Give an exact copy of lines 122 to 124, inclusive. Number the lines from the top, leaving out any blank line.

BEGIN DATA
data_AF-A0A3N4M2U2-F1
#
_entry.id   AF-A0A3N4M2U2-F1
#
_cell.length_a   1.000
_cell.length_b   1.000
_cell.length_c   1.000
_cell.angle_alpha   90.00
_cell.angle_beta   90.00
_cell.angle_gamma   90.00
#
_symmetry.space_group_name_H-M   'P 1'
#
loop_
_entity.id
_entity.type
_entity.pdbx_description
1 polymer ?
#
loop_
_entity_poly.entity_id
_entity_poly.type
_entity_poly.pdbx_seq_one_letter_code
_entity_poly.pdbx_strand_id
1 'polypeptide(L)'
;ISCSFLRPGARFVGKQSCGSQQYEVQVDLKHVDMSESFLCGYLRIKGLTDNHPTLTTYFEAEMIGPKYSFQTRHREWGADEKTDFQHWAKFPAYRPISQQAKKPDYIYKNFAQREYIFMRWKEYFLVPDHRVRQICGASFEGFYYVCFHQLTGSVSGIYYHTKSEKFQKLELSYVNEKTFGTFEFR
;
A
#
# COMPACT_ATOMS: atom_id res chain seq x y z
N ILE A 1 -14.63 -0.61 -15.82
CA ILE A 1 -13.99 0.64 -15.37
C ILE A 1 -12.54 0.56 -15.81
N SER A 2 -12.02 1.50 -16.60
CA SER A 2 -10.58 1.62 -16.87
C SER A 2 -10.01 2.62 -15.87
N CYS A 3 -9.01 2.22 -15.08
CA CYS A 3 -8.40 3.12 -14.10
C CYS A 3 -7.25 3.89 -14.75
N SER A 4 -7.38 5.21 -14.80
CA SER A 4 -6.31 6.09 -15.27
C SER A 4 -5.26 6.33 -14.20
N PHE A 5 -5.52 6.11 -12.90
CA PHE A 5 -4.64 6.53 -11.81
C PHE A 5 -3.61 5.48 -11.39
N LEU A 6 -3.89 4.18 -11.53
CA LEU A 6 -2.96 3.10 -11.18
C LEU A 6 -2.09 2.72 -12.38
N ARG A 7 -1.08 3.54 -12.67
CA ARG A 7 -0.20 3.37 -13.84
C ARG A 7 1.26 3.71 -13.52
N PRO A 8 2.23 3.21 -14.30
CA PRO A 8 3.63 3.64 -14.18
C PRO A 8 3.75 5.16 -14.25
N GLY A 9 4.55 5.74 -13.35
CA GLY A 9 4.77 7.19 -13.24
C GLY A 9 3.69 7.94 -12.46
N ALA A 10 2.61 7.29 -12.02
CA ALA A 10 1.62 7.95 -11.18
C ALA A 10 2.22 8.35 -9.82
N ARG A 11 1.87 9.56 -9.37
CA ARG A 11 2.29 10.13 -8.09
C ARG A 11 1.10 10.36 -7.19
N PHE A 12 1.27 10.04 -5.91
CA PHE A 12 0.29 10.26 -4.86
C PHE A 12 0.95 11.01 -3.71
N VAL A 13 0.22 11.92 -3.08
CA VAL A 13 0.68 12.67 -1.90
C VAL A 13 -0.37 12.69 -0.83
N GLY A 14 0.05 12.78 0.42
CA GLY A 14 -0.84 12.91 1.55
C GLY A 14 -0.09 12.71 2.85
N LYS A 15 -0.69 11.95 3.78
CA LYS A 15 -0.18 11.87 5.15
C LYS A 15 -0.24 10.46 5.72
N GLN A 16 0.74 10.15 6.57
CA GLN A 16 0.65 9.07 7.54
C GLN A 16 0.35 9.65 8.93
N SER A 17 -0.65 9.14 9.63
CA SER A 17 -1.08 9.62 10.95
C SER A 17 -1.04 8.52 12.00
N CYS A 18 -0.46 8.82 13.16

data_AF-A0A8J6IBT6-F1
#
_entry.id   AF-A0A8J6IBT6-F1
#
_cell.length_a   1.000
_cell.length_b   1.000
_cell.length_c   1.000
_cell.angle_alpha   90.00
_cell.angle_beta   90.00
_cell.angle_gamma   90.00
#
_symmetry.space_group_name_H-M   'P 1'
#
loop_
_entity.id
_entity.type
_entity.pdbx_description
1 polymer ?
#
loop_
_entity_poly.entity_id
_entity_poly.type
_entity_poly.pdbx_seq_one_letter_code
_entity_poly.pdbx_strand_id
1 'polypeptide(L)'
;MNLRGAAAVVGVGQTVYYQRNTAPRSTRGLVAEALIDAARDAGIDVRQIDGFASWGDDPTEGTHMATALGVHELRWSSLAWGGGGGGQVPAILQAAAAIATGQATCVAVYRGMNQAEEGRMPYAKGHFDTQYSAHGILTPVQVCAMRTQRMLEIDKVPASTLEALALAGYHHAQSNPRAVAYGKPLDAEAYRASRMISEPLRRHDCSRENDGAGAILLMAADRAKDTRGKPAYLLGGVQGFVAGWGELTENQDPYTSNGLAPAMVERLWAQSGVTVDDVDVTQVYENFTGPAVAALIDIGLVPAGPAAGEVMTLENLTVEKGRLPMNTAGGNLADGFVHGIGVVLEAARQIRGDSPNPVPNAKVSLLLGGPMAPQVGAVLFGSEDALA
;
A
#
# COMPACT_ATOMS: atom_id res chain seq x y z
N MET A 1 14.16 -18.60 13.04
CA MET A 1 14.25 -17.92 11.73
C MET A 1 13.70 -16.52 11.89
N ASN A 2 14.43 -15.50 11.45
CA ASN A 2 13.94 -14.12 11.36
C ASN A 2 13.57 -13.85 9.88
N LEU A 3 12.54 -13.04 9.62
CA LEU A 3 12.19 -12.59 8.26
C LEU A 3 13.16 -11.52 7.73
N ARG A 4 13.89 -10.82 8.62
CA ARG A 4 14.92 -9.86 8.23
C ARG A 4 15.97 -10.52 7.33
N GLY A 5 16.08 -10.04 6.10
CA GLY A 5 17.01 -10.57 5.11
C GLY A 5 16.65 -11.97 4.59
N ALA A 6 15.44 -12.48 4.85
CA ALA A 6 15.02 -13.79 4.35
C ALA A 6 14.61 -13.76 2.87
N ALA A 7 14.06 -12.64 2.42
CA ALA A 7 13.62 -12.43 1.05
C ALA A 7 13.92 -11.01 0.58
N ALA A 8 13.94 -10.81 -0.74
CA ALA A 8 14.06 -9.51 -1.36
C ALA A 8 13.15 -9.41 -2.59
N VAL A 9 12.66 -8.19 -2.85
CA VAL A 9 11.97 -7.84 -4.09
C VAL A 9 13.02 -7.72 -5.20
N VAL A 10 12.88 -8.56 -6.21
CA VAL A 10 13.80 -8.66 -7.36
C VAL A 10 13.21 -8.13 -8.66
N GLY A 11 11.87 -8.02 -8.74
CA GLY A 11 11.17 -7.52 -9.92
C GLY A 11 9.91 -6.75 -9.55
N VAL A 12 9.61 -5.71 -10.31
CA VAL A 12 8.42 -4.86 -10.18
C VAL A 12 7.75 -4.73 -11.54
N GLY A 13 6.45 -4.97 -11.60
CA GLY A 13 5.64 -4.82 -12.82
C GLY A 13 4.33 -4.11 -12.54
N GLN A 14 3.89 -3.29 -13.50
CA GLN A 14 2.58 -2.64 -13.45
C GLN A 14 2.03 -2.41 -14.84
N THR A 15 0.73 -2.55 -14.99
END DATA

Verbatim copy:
N ARG A 4 13.89 -10.82 8.62
CA ARG A 4 14.92 -9.86 8.23
C ARG A 4 15.97 -10.52 7.33